AUGUSTA, Ga. — At last year’s Masters, Tiger Woods made a 3 at No. 12. Then he made birdies at 13, 15 and 16.
At this year’s Masters, Woods made a 10 at No. 12. Then he made birdies at 13, 15 and 16.
On the scorecard, the obvious year-over-year difference was starkest on the 12th. In person, the scene at 16 was the bigger shock.
When Woods stuck his 16th tee shot to 2 feet in 2019, the ground shook. The roar echoed ’round the property. It backed Brooks Koepka off his tee shot at No. 17. Hell, Michael Phelps lost his mind celebrating in the background. Woods had essentially just won the Masters.
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When Woods stuck his tee shot to 2 feet in 2020, exactly nothing happened. Three people clapped. Very literally three people. “Good shot,” caddie Joe LaCava muttered. It was so still you could hear the CBS guy relaying clubs up to the tower.
“Scottie Scheffler: 7-iron.”
Woods hadn’t just won the Masters. He hadn’t really won anything. A handful of volunteers and cameramen lined the rear of the green. Besides that, the only people watching were Woods’ girlfriend Erica Herman, Woods’ manager Rob McNamara and a single reporter. Certainly no Michael Phelps.
“As nice as it is to be able to actually see what’s going on, I miss the fans,” Herman remarked as Woods strode towards the green. She was hardly the only one. But what Woods was doing was really significant — even if there was nobody there to see it.
Here’s the thing: As horrifying as it was to watch Woods make 10 on No. 12, there was no real mystery to it. It wasn’t a shank or a chunk or a choke. He just missed the green in the one spot where you can’t.
“It’s not like he clanked it out there,” LaCava said afterwards. “He was 10 feet from being okay.”
Ten feet and a world away. Two water-balls and eight strokes later, Woods admitted that he felt suddenly alone. “This sport is awfully lonely sometimes,” he said. “You have to fight it. No one is going to bring you off the mound or call in a sub. You have to fight through it.”
His bounce-back held far more intrigue. Woods pounded a drive down the fairway at the par-5 13th, found the green and two-putted for birdie. He negotiated a challenging two-putt par at 14. He hit a challenging chip stone-dead at 15 to set up birdie. His tee shot at 16 guaranteed another one. At 17, he kept it going: Driver, flagged iron shot, made putt, birdie.
Woods found the fairway at 18. He landed his approach just a foot from the hole, and although it spun back he was left with a good look up the hill. The defending champion is typically showered with applause when he approaches the 18th green on Sunday, but as Woods walked up to mark his ball, nobody clapped.
“We’ve gotta give him something,” McNamara said, and began applauding on his own. One woman joined in, then so did the man sitting with her, and soon each one of the two dozen onlookers was clapping for the five-time Masters champ. It was sad and strange but mostly it was nice and it was genuine. And then he poured in the putt for a fourth consecutive birdie.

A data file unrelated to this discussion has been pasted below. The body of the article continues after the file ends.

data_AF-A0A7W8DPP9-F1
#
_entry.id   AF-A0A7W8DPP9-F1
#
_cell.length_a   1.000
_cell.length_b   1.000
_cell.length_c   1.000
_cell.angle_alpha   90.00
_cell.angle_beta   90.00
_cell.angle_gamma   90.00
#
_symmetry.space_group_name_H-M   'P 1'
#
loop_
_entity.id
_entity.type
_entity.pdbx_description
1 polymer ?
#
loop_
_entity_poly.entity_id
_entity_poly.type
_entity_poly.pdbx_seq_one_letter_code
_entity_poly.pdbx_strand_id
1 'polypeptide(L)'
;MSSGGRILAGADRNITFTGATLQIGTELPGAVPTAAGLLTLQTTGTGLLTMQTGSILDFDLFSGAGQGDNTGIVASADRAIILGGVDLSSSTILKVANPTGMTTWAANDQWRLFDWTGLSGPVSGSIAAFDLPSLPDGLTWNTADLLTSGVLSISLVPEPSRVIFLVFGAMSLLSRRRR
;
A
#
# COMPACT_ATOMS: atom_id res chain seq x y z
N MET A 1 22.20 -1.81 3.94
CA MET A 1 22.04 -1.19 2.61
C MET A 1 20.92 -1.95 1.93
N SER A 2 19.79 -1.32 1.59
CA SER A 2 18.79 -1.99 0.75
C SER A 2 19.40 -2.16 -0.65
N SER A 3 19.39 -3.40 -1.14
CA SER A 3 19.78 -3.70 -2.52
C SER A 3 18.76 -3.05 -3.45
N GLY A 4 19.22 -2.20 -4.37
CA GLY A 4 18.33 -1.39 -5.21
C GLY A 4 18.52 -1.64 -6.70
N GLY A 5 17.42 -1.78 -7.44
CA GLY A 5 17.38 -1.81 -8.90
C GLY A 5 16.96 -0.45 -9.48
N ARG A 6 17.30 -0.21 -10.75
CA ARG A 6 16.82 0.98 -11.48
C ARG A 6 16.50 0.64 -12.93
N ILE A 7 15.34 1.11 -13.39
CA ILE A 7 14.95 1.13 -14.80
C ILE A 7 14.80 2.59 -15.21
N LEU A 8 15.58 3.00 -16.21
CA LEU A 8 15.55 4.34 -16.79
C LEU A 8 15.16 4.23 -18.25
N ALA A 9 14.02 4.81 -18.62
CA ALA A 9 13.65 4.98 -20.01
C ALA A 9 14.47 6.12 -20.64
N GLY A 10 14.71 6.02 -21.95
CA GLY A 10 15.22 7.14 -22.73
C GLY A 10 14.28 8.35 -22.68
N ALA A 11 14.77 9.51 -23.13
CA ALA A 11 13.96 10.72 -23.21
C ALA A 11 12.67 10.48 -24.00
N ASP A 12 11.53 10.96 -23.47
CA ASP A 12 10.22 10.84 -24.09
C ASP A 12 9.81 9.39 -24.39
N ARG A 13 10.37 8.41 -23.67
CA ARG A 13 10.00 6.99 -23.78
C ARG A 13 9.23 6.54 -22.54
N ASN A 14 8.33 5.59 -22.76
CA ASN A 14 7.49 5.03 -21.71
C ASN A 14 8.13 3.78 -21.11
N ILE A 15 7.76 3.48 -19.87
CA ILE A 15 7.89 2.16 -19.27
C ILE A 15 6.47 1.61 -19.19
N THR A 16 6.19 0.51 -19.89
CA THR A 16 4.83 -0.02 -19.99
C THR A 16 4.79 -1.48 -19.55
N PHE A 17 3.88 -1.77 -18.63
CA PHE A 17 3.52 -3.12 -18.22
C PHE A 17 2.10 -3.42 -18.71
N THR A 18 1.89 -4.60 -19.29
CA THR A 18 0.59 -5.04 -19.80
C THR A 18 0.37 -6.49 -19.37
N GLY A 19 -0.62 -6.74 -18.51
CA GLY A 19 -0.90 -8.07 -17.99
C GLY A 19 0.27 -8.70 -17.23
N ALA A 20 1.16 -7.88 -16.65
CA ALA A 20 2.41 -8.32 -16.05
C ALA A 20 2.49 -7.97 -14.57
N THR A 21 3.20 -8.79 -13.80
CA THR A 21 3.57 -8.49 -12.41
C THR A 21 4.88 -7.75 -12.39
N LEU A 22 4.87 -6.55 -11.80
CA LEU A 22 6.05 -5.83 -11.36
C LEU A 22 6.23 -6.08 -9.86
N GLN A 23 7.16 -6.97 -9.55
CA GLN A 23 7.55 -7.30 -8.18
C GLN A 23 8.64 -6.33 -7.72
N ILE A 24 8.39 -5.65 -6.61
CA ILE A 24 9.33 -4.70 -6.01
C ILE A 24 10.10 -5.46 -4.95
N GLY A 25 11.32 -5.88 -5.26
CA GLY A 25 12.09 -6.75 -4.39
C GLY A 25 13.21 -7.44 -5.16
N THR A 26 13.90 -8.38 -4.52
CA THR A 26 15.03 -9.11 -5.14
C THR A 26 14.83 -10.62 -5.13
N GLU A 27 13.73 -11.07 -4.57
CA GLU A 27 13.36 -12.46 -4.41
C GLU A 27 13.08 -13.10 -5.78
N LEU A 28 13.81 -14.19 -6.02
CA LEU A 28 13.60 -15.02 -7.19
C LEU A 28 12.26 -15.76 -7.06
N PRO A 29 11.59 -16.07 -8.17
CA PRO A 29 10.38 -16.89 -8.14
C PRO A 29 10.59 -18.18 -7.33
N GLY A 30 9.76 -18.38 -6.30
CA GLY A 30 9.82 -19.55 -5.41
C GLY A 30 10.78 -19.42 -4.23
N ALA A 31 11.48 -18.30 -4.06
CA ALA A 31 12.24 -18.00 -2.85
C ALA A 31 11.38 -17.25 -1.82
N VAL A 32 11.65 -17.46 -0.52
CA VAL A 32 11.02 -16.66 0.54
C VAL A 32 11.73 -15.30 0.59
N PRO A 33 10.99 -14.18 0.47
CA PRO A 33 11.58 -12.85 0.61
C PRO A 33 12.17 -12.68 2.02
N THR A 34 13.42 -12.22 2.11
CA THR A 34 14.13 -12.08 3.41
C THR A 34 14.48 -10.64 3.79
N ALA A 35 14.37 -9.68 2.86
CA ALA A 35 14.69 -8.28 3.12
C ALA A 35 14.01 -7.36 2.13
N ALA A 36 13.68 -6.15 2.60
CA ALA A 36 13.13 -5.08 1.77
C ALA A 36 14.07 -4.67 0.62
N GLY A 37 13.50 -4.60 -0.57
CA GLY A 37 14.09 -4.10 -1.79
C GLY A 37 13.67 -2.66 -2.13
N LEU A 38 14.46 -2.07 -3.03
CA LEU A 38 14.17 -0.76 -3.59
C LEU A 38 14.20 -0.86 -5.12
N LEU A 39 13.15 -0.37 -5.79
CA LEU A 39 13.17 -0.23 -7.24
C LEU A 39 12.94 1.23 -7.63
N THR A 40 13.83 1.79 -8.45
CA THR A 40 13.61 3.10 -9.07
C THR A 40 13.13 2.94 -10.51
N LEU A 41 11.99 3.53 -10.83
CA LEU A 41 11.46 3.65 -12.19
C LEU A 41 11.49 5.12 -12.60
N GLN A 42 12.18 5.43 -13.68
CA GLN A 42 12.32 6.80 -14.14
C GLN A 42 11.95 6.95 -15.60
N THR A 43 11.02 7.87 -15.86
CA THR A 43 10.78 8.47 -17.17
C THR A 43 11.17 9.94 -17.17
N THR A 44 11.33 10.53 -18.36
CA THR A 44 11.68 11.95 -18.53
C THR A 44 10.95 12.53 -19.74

Woods’ 12th hole was literally the worst of his career; he’d never made a septuple-bogey nor recorded a double-digit score on a hole. Woods’ performance on the closing five holes was the best of his Masters career; he’d never played those six holes in five under par. That can’t be a coincidence.
“Yeah, look, he had a bit of a disaster on that hole, didn’t he?” said Woods’ playing partner Shane Lowry, who made birdie at No. 12. “Look, it happened, and what a finish. He seemed to hit every shot stone-dead for the rest of the round.”
Lowry was awed by the same thing that Woods — and even LaCava — treated as matter-of-fact.
“Well, it was good,” LaCava said, understated as ever. “You try to birdie every hole.”
Woods echoed the sentiment. “You just have to turn around and figure out the next shot, and I was able to do that coming home,” he said.
The thing is, you really don’t. There’s no rule that says you have to figure out the next shot, or that you have to brush it off, or that you even have to keep trying at all. You can throw your ball in the water and snap your wedge in two and say forget this and mail it in the rest of the round. That’s probably how it goes in your foursome and much of the time that’s how it goes on the PGA Tour, too. That’s what made Woods’ furious charge to T38 a small triumph of the human spirit.
Last year’s win capped off Woods’ career comeback. It was a win for trying, and trying more, and not giving up. As it turned out, this year’s loss was about the same thing.
Woods did admit that the trying does take its toll. He’s 44, and prepping for rounds of golf is more difficult than ever. Saturday he was up before 4 a.m. to prep for his round. Sunday was about the same. There may come a point for Woods when the reward doesn’t justify the output, where the drive isn’t worth the work that goes into starting the engine.
“There are days when mentally, it’s harder to push than others just because physically it’s just — my body just has moments where it just doesn’t work like it used to. No matter how hard I try, things just don’t work the way they used to, and no matter how much I push and ask of this body, it just doesn’t work at times.
“Yes, it is more difficult than others to be motivated at times. Yes, because things just ache and have to deal with things that I’ve never had to deal with before.”
Woods is at the point in his career where he can still contend; he’s also at the point where he can consider the end. It’s hard to read that quote and not think about a time when there will be a Masters Sunday without him.
But that would be missing the point. Woods just birdied five of his last six holes. Until an hour ago he was the Masters defending champ. The next Masters is just five months away, and Woods is already gearing up for it.
Lowry said it best:
“I mean, he’s Tiger Woods, isn’t he? He’s the best of all time.”